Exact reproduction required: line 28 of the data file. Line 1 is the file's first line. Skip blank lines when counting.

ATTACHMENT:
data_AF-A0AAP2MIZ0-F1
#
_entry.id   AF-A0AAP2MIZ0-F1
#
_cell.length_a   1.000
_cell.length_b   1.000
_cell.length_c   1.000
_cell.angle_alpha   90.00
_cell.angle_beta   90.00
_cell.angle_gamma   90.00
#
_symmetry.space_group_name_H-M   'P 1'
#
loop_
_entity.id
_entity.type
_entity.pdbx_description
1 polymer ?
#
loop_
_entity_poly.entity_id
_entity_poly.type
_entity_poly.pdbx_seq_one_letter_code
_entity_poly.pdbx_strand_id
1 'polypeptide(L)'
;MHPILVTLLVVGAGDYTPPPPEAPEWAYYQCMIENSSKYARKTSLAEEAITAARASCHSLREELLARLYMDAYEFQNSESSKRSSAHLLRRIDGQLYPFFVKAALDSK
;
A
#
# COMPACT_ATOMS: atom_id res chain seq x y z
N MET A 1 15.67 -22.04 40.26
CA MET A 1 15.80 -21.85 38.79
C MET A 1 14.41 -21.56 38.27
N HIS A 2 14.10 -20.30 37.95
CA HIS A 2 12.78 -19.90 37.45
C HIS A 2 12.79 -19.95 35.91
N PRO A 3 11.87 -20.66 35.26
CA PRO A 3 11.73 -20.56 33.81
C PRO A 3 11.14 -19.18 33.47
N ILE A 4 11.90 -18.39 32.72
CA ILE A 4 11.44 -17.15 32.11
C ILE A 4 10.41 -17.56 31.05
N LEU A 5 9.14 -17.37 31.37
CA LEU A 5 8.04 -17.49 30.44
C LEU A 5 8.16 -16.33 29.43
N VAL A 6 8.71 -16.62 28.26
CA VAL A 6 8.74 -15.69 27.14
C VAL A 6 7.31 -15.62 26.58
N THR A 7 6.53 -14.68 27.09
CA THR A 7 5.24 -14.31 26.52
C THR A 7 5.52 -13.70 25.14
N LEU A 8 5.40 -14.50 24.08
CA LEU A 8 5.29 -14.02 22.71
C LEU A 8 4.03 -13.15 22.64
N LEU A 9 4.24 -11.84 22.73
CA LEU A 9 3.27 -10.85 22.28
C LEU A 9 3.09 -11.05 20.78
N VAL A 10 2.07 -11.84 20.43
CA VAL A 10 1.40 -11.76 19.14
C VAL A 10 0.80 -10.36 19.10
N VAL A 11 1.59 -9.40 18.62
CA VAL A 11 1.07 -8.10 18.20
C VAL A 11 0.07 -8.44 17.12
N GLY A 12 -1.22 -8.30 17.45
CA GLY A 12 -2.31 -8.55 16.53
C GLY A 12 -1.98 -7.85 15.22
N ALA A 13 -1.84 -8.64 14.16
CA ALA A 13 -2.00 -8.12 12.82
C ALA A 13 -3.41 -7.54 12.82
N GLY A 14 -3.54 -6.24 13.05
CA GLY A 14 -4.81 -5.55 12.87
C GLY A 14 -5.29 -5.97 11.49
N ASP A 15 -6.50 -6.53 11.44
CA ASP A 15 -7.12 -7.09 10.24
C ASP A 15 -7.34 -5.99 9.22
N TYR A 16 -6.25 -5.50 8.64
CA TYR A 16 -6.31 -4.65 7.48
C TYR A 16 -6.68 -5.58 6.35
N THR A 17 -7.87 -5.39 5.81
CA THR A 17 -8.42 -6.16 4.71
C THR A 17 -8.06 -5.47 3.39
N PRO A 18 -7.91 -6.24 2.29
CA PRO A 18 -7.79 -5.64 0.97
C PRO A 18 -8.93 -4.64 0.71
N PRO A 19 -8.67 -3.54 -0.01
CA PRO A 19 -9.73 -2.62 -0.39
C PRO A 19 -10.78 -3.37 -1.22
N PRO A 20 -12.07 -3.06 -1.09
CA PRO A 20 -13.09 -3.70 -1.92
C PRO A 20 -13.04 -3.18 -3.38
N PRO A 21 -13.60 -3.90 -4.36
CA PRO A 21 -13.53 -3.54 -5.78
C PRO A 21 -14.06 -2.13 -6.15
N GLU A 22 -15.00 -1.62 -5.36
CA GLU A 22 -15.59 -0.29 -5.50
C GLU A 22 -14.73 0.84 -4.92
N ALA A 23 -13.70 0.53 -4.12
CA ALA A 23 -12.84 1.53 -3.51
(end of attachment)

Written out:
A